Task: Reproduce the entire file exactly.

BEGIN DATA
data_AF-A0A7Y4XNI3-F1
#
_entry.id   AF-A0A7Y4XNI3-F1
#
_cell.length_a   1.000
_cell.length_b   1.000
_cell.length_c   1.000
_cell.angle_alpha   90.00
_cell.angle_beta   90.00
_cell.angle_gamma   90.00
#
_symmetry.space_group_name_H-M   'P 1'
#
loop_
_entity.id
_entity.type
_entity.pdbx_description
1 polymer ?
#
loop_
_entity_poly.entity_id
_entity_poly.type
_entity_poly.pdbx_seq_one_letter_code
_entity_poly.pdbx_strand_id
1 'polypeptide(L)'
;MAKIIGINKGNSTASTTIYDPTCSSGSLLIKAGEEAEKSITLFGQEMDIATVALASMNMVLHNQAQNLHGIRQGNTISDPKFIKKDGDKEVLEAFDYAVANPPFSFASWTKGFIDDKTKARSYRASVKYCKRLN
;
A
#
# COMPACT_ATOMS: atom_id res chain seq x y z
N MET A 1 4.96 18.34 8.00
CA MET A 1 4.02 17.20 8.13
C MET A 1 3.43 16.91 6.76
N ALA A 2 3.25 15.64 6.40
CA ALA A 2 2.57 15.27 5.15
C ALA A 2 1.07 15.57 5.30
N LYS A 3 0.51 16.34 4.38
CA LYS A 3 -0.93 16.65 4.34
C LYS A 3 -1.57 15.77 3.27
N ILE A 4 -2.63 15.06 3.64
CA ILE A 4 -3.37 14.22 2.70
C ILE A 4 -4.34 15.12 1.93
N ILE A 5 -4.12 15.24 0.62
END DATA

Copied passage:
data_AF-A0A7Y4XNI3-F1
#
_entry.id   AF-A0A7Y4XNI3-F1
#
_cell.length_a   1.000
_cell.length_b   1.000
_cell.length_c   1.000
_cell.angle_alpha   90.00
_cell.angle_beta   90.00
_cell.angle_gamma   90.00
#
_symmetry.space_group_name_H-M   'P 1'
#
loop_
_entity.id
_entity.type
_entity.pdbx_description
1 polymer ?
#
loop_
_entity_poly.entity_id
_entity_poly.type
_entity_poly.pdbx_seq_one_letter_code
_entity_poly.pdbx_strand_id
1 'polypeptide(L)'
;MAKIIGINKGNSTASTTIYDPTCSSGSLLIKAGEEAEKSITLFGQEMDIATVALASMNMVLHNQAQNLHGIRQGNTISDPKFIKKDGDKEVLEAFDYAVANPPFSFASWTKGFIDDKTKARSYRASVKYCKRLN
;
A
#
# COMPACT_ATOMS: atom_id res chain seq x y z
N MET A 1 4.96 18.34 8.00
CA MET A 1 4.02 17.20 8.13
C MET A 1 3.43 16.91 6.76
N ALA A 2 3.25 15.64 6.40
CA ALA A 2 2.57 15.27 5.15
C ALA A 2 1.07 15.57 5.30
N LYS A 3 0.51 16.34 4.38
CA LYS A 3 -0.93 16.65 4.34
C LYS A 3 -1.57 15.77 3.27
N ILE A 4 -2.63 15.06 3.64
CA ILE A 4 -3.37 14.22 2.70
C ILE A 4 -4.34 15.12 1.93
N ILE A 5 -4.12 15.24 0.62